“I noticed my teenage daughter stuffing her face with potato chips and I just remarked that she’s put on a few pounds lately and should lay off the junk food.”
“I just asked my 26-year-old son when he plans to get a “real” job (he’s trying to produce his own film). He never answered my question but went into a tirade about how unsupportive I am.”
“After my daughter introduced me to her new boyfriend and asked me what I thought of him, I just quietly replied, ‘I think you could do better.’ Batten down the hatches! The furor that followed lasted for months! Aren’t I allowed to say what I think?”
Yes, you are allowed to say what you think. But know that nothing a parent says is ever neutral. Though you may think you’re making a helpful observation — or simply expressing your opinion — in your child’s eyes (even with adult children), your critique is likely to be interpreted as an indictment of his or her being.
You have a choice. Every time you communicate something to your child, your choice of words, tone of voice and body language can nurture or damage the relationship.
Kara resented what I said. “Are you suggesting that I can’t be free to tell my kids what I really think? Especially when I see something’s not right? You’ve got to be kidding.”
No, I’m not kidding. Though I don’t mean to take it to the extreme (suggesting that you monitor your every word), I am telling you that how you communicate matters. A lot! And that a parent’s comment about a sensitive area will never be experienced casually. (Don’t you remember negative remarks your parents said to you decades ago?)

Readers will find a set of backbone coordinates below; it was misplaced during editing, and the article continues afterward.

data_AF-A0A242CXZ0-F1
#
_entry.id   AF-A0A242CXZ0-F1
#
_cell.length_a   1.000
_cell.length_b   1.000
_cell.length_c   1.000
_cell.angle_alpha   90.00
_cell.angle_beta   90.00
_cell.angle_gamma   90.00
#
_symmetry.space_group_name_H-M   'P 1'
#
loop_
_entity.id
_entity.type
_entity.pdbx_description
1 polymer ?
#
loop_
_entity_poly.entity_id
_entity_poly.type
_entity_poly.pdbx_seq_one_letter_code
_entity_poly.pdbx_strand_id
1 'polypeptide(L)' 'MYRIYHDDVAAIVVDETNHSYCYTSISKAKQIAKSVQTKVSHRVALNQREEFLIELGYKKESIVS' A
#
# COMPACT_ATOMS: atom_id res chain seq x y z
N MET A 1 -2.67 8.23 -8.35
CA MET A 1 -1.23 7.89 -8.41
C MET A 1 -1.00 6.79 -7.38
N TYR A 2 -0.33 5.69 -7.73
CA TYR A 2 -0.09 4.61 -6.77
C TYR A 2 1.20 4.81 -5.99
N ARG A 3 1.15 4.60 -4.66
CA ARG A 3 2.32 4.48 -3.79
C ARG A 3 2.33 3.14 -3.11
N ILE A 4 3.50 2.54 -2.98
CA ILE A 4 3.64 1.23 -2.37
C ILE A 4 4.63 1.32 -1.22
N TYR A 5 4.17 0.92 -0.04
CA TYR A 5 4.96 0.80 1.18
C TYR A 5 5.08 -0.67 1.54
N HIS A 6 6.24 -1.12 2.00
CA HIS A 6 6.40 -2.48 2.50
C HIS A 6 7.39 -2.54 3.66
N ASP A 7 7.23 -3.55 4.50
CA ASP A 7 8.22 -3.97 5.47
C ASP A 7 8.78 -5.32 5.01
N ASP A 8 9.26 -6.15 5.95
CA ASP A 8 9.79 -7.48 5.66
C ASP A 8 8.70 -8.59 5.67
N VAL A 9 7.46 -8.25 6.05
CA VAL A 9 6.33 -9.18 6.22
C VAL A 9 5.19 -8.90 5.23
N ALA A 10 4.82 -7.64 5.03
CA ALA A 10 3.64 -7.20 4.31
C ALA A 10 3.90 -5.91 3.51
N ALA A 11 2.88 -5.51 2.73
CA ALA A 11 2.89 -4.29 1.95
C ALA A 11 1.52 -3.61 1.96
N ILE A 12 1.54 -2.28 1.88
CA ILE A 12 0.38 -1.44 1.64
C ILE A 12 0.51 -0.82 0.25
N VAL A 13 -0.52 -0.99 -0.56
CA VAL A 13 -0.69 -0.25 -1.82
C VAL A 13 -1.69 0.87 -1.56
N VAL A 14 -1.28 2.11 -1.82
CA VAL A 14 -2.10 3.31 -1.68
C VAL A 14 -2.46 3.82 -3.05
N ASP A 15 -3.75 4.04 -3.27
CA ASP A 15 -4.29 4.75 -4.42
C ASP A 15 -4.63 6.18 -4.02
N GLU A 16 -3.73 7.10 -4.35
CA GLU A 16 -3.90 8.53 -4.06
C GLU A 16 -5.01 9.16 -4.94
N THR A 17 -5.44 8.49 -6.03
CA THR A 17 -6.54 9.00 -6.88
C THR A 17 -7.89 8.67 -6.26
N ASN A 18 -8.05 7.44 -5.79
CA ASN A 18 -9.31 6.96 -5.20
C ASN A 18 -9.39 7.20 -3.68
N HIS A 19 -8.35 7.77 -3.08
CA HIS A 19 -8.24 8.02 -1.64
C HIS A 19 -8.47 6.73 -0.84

Usually, when parents are compelled to “just” say what’s on their mind, it’s because they’re highly frustrated. They have been thinking: “Why are you always eating junk food? When will you be able to support yourself financially? Why can’t you make a better match?” They’ve said this (or thought this) many times. And their kids are aware of it even when their parents think they’re not.
The essence of communication is not what you say. It’s what the other person hears. And when a parent critiques, it’s likely that the child is hearing, “I’m disappointed in you.” Or, “You’re not good enough.” Or, “Shape up already, will you?”
So next time you’re tempted to express your frustration with a zinger, pause and think. Then, respond with the smart part of your brain. Do this by:
- Asking questions rather than making judgments. (But don’t turn your questions into an inquisition.)
- Searching for solutions rather than playing up the problems.
- Empathizing with how difficult life’s transitions can be.
- Focusing on how to control your own frustration.
And remember that nothing a parent says to a child is ever neutral.